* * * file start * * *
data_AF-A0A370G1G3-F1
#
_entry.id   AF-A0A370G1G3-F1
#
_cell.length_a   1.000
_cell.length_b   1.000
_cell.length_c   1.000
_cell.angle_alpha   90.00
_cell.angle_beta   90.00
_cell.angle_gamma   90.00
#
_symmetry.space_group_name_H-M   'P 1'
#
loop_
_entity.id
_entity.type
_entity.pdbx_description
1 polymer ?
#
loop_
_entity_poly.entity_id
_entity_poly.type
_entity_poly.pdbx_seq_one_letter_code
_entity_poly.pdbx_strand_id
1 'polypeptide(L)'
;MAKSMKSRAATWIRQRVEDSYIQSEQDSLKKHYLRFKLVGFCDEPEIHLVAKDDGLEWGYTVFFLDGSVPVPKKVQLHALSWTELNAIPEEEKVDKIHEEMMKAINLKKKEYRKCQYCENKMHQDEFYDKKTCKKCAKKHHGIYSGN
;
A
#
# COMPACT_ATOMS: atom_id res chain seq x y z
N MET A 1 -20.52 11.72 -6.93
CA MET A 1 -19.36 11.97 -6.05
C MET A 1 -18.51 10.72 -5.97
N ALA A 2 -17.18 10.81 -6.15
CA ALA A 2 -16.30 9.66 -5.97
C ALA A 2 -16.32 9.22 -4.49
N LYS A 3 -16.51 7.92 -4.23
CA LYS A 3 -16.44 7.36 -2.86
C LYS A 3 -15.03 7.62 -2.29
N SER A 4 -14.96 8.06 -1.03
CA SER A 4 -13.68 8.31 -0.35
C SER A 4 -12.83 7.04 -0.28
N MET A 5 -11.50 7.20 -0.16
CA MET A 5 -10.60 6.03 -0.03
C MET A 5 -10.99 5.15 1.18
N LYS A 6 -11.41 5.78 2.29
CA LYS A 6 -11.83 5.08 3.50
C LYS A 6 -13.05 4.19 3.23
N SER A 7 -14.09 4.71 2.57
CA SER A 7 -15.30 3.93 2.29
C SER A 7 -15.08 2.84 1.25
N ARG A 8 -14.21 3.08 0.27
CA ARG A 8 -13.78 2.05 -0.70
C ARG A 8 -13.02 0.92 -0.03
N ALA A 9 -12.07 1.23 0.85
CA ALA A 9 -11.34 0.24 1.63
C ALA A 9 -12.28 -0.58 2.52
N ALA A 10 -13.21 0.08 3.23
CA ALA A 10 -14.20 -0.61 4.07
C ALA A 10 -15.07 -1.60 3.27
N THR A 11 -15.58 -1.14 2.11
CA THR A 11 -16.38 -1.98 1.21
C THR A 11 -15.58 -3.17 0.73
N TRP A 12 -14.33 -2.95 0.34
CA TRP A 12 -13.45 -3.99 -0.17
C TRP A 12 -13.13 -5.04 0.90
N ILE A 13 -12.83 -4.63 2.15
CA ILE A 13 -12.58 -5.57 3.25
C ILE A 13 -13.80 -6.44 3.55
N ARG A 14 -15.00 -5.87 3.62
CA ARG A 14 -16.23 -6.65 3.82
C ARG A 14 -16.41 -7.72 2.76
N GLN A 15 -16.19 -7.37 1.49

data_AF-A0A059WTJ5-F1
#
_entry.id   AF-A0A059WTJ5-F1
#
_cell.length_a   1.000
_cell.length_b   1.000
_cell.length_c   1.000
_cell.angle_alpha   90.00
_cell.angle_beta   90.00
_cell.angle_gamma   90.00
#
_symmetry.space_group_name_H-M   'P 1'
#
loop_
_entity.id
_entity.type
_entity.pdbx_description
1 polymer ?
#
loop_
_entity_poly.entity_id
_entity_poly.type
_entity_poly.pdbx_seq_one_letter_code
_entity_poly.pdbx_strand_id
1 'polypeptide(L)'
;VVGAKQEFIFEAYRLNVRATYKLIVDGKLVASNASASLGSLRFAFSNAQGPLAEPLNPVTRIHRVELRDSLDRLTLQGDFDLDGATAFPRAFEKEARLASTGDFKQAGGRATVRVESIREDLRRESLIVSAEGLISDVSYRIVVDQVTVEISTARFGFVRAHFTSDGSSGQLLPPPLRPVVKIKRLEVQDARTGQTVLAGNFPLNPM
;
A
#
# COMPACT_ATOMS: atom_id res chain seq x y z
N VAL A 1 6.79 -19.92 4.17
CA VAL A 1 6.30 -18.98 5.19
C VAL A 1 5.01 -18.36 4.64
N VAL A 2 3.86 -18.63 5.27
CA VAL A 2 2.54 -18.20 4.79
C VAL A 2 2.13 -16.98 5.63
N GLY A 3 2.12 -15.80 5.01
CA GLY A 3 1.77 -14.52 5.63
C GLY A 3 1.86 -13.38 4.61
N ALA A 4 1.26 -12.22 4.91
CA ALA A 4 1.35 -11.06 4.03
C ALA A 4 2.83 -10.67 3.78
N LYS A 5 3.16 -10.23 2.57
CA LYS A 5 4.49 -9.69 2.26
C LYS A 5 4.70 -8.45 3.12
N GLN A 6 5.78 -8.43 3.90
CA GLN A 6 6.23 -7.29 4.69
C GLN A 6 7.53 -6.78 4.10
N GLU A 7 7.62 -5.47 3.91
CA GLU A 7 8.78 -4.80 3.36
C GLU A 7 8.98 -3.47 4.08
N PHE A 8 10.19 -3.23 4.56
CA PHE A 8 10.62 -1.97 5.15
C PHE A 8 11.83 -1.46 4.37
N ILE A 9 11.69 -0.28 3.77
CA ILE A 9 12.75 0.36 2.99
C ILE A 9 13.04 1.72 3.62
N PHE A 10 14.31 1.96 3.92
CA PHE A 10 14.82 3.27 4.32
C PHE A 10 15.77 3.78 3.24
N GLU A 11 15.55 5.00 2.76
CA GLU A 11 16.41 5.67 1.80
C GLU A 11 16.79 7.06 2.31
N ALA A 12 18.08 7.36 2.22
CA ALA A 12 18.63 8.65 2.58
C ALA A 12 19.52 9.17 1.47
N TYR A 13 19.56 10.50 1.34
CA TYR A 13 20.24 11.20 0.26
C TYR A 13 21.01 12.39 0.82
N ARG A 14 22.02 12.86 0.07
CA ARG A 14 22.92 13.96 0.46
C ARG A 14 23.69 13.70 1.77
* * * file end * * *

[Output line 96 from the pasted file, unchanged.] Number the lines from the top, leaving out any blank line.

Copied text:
_entity_poly.pdbx_seq_one_letter_code